"Love All Over Me," Monica
This is another strong, extremely well-sung track from Monica's Still Standing album, which was easily one of the best releases of the year. It's also one of the best songs Monica has ever recorded.
The highlight of Fantasia's Back to Me album, which dropped in August is the first single, "Bittersweet," during which 'Tasia agonizes over a former lover whom she can't get out of her mind or heart, even though he treated her bad: "Part of me wants you, part of me don't/part of me is missin' you, part of me is gone," she sings.
"One in a Million," Ne-Yo
This catchy, Michael Jackson-esque track is one of the better songs on Ne-Yo's concept album Libra Scale, which was released in late November.
"Finding My Way Back," Jaheim
New Jersey native Jaheim, who started out his career with a very rough around the edges image years ago, shows how much he's grown and matured on this love song. It's a tender jam about wanting to be with the love of your life and Jah manages to sound sweet, yet strong at the same time.
Aloe Blacc is an R&B/Soul singer from Orange County, California, who's the son of Panamanian immigrants. his hard times anthem "I Need a Dollar" is a perfect theme for the recession-era times that we live in now. It's from his Good Things album, which dropped in September.
for all the men out there who are getting ready to propose marriage to your lady and need a little inspiration, this just might be the perfect song for you. It starts out softly as Kem tenderly makes his case to his love, then gains power and momentum as his starts to declare his love in a bolder, stronger voice. The song is from Kem's Intimacy album, which came out Aug. 17 via the Universal Motown label.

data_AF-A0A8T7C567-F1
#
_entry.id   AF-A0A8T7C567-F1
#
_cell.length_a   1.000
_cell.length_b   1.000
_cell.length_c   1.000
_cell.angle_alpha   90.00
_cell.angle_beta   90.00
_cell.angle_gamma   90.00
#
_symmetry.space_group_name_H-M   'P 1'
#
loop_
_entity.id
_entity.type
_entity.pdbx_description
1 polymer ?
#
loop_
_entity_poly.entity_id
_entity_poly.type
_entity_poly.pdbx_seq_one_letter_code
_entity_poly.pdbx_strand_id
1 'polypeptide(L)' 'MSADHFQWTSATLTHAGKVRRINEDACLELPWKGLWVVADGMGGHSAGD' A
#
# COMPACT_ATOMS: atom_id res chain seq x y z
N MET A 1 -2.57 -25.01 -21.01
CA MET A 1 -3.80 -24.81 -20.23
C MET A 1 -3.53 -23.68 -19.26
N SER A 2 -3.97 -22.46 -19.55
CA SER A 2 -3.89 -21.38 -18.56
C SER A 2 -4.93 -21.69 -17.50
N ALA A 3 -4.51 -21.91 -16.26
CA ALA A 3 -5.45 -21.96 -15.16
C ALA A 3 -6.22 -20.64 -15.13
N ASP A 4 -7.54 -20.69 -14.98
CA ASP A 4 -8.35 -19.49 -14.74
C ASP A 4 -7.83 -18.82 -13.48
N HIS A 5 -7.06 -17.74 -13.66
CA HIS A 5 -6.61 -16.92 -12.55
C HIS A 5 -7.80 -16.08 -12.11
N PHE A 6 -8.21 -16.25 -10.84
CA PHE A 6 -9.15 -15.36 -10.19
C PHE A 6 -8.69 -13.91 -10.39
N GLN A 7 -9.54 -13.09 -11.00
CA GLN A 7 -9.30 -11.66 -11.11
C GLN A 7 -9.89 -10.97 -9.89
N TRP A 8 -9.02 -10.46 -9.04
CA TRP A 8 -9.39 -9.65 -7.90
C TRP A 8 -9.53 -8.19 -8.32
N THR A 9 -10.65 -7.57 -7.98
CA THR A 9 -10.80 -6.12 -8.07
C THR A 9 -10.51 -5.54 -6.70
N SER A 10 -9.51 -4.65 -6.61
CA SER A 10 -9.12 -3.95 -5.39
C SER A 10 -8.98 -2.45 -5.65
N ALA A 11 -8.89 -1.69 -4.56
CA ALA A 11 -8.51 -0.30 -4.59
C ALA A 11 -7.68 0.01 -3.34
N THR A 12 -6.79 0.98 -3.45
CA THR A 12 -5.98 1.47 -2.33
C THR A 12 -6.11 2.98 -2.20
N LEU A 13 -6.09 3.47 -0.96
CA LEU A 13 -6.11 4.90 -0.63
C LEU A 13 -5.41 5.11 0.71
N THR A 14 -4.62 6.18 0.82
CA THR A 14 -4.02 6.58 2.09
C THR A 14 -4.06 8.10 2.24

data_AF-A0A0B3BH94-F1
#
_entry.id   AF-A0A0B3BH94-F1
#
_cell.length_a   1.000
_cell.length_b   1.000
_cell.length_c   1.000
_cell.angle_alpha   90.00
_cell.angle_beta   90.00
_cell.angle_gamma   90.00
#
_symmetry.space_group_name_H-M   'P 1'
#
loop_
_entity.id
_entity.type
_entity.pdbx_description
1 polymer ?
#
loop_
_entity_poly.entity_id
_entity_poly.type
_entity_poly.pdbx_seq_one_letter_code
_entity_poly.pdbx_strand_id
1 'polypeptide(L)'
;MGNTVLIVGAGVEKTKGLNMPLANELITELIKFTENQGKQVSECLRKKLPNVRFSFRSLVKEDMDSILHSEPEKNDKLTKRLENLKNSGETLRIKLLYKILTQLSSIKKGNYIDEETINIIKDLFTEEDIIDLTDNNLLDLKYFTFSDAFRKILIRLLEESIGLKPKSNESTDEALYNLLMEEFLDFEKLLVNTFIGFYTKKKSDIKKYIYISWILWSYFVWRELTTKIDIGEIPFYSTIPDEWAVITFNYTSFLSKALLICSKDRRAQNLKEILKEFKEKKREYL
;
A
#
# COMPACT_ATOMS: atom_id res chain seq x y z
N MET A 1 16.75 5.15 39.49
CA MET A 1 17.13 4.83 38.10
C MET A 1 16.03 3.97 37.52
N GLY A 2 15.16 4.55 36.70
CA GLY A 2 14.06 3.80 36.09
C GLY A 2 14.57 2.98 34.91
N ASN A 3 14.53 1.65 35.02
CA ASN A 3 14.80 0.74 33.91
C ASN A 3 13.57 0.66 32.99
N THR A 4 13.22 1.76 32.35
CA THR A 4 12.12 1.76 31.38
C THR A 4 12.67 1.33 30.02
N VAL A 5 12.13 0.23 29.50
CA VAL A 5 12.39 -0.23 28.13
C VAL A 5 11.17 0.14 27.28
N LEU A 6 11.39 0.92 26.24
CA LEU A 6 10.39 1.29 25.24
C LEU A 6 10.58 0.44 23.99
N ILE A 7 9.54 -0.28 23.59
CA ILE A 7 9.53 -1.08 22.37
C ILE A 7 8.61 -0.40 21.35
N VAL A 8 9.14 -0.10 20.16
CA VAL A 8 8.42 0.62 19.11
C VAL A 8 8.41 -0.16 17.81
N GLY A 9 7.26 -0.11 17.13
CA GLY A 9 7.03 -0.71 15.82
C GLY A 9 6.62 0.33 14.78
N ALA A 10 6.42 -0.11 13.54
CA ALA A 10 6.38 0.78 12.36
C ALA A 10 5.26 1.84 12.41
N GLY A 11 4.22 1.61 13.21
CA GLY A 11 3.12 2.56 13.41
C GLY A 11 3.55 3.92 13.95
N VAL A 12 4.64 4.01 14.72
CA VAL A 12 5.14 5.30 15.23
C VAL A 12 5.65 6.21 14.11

This is the one song on the list that wasn't actually released as a single. It was actually supposed to be the lead track off Erykah's New Amerykah Part 2 album, but after it leaked early, the label went in another direction and dropped "Window Seat" (and it's now-infamous video) instead. "Jump Up in the Air," which features both Bilal and Lil Wayne, wound up being left off the album entirely, but it still makes the About R&B/Soul list of best songs.
"Bulletproof," Raheem DeVaughn feat. Ludacris
"Bulletproof" is arguably the best tune of Raheem's career so far. The song, which is about war overseas and violence in the 'hood, is the rare social commentary track that manages to be grim but entertaining at the same time. The lyrics are dead serious: "(They) murder your sons, ravage your daughters/Here, overseas and across the waters/Tanks and missiles, bombs and grenades/Inject your land with guns and AIDS." But at the same time, the catchy chorus and the song's slinking '70s Soul beat make the song addictive.